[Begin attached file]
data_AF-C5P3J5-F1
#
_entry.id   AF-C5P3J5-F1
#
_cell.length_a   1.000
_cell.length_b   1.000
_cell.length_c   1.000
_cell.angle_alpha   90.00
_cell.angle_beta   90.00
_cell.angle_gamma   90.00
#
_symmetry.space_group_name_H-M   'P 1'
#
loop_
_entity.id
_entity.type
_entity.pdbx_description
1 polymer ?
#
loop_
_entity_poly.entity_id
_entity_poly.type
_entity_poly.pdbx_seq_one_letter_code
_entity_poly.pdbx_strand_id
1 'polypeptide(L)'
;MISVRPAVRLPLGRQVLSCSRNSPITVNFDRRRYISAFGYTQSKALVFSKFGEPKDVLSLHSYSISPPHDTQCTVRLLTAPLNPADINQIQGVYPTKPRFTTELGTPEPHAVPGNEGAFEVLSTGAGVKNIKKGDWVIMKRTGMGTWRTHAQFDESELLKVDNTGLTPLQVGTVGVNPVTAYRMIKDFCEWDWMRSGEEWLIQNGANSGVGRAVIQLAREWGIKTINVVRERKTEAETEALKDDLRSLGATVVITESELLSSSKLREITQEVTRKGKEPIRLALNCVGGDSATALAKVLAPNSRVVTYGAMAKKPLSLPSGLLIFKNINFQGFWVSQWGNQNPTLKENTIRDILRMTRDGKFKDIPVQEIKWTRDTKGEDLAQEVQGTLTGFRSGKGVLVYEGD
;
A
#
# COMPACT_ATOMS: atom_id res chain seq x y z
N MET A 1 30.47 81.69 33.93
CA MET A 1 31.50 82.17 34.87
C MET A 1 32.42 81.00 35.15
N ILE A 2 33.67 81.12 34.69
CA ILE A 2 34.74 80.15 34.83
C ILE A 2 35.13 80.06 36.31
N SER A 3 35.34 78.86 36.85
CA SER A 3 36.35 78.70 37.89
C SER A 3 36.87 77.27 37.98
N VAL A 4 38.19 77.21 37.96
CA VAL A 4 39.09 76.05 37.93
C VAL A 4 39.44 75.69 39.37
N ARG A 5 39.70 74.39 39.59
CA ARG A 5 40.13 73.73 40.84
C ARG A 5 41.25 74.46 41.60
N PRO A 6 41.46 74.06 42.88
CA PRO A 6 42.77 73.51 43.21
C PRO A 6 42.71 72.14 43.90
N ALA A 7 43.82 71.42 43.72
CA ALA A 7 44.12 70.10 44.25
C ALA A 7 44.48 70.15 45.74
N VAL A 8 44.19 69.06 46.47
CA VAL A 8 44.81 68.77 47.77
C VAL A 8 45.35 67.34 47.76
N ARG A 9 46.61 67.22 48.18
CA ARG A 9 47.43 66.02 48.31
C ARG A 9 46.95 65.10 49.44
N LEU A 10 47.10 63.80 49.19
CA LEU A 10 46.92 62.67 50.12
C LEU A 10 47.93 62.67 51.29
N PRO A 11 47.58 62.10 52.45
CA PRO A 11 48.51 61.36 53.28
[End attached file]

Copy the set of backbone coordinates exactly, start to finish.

data_AF-C5P3J5-F1
#
_entry.id   AF-C5P3J5-F1
#
_cell.length_a   1.000
_cell.length_b   1.000
_cell.length_c   1.000
_cell.angle_alpha   90.00
_cell.angle_beta   90.00
_cell.angle_gamma   90.00
#
_symmetry.space_group_name_H-M   'P 1'
#
loop_
_entity.id
_entity.type
_entity.pdbx_description
1 polymer ?
#
loop_
_entity_poly.entity_id
_entity_poly.type
_entity_poly.pdbx_seq_one_letter_code
_entity_poly.pdbx_strand_id
1 'polypeptide(L)'
;MISVRPAVRLPLGRQVLSCSRNSPITVNFDRRRYISAFGYTQSKALVFSKFGEPKDVLSLHSYSISPPHDTQCTVRLLTAPLNPADINQIQGVYPTKPRFTTELGTPEPHAVPGNEGAFEVLSTGAGVKNIKKGDWVIMKRTGMGTWRTHAQFDESELLKVDNTGLTPLQVGTVGVNPVTAYRMIKDFCEWDWMRSGEEWLIQNGANSGVGRAVIQLAREWGIKTINVVRERKTEAETEALKDDLRSLGATVVITESELLSSSKLREITQEVTRKGKEPIRLALNCVGGDSATALAKVLAPNSRVVTYGAMAKKPLSLPSGLLIFKNINFQGFWVSQWGNQNPTLKENTIRDILRMTRDGKFKDIPVQEIKWTRDTKGEDLAQEVQGTLTGFRSGKGVLVYEGD
;
A
#
# COMPACT_ATOMS: atom_id res chain seq x y z
N MET A 1 30.47 81.69 33.93
CA MET A 1 31.50 82.17 34.87
C MET A 1 32.42 81.00 35.15
N ILE A 2 33.67 81.12 34.69
CA ILE A 2 34.74 80.15 34.83
C ILE A 2 35.13 80.06 36.31
N SER A 3 35.34 78.86 36.85
CA SER A 3 36.35 78.70 37.89
C SER A 3 36.87 77.27 37.98
N VAL A 4 38.19 77.21 37.96
CA VAL A 4 39.09 76.05 37.93
C VAL A 4 39.44 75.69 39.37
N ARG A 5 39.70 74.39 39.59
CA ARG A 5 40.13 73.73 40.84
C ARG A 5 41.25 74.46 41.60
N PRO A 6 41.46 74.06 42.88
CA PRO A 6 42.77 73.51 43.21
C PRO A 6 42.71 72.14 43.90
N ALA A 7 43.82 71.42 43.72
CA ALA A 7 44.12 70.10 44.25
C ALA A 7 44.48 70.15 45.74
N VAL A 8 44.19 69.06 46.47
CA VAL A 8 44.81 68.77 47.77
C VAL A 8 45.35 67.34 47.76
N ARG A 9 46.61 67.22 48.18
CA ARG A 9 47.43 66.02 48.31
C ARG A 9 46.95 65.10 49.44
N LEU A 10 47.10 63.80 49.19
CA LEU A 10 46.92 62.67 50.12
C LEU A 10 47.93 62.67 51.29
N PRO A 11 47.58 62.10 52.45
CA PRO A 11 48.51 61.36 53.28